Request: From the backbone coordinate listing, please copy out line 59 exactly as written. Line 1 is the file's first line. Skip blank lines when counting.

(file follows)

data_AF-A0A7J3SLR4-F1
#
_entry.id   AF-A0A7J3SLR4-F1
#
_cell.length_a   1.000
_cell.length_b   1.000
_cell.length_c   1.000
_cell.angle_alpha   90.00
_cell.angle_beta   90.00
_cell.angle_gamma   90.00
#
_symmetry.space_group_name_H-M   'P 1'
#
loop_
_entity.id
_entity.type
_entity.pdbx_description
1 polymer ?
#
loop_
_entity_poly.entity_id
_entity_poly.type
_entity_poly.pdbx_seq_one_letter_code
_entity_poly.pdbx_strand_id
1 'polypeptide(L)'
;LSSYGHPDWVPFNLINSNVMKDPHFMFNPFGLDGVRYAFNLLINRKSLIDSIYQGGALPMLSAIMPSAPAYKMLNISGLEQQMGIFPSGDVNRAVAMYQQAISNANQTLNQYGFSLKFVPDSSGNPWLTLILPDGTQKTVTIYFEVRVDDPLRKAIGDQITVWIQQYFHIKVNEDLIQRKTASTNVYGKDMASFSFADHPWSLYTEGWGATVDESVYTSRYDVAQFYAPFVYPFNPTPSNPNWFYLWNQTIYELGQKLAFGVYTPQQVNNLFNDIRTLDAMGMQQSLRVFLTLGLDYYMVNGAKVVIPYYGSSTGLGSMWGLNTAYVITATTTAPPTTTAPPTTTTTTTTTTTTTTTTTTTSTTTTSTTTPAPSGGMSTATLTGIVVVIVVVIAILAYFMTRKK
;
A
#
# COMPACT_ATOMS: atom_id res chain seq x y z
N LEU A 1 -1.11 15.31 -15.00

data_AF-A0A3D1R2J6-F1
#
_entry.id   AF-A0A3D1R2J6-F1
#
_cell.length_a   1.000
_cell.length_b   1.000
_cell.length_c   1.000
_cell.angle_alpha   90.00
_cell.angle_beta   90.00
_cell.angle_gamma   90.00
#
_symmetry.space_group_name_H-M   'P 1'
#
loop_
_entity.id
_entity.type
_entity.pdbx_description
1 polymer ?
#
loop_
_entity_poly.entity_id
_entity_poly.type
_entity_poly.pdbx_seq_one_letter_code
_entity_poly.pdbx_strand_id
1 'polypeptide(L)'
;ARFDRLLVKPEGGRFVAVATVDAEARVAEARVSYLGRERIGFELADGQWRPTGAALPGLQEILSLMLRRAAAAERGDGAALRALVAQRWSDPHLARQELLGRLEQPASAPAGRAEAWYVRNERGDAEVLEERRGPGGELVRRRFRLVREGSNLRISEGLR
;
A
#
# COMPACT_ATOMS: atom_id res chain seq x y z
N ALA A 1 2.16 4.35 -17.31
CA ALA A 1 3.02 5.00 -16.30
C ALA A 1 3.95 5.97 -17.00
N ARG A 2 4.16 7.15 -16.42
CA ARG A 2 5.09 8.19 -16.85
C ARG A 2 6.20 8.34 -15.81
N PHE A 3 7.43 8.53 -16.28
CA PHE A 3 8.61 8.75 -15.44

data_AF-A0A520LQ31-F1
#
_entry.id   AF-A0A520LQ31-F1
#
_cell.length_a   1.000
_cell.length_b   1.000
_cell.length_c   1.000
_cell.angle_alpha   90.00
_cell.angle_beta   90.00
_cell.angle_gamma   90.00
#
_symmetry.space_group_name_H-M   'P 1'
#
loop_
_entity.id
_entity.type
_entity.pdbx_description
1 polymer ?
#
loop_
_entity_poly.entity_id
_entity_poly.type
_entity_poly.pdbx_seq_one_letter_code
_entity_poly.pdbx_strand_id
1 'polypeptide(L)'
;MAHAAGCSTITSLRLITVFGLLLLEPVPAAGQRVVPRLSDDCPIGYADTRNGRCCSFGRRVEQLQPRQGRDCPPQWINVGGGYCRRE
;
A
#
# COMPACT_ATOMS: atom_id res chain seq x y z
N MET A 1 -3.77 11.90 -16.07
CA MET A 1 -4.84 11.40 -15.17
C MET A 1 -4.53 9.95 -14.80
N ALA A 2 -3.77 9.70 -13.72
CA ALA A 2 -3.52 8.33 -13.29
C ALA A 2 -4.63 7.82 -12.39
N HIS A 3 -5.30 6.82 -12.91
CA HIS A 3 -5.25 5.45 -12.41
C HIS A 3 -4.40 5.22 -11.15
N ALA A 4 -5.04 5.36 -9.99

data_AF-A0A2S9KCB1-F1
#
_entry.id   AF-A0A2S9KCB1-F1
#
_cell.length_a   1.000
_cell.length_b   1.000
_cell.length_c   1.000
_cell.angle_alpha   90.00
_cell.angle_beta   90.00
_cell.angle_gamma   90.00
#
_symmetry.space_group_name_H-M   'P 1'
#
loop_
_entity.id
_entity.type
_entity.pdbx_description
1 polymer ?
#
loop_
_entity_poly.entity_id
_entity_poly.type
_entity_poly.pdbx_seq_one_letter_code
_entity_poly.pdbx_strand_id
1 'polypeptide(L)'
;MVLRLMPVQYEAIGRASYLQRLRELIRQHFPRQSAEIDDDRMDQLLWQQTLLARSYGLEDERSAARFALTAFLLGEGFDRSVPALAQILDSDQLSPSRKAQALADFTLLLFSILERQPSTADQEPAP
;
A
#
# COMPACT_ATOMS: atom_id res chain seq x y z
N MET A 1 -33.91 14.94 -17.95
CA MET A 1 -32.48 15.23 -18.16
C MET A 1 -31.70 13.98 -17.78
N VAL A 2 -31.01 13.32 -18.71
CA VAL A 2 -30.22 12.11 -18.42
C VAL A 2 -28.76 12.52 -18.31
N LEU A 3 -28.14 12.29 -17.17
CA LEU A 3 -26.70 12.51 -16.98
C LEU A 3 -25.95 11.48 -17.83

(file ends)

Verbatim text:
A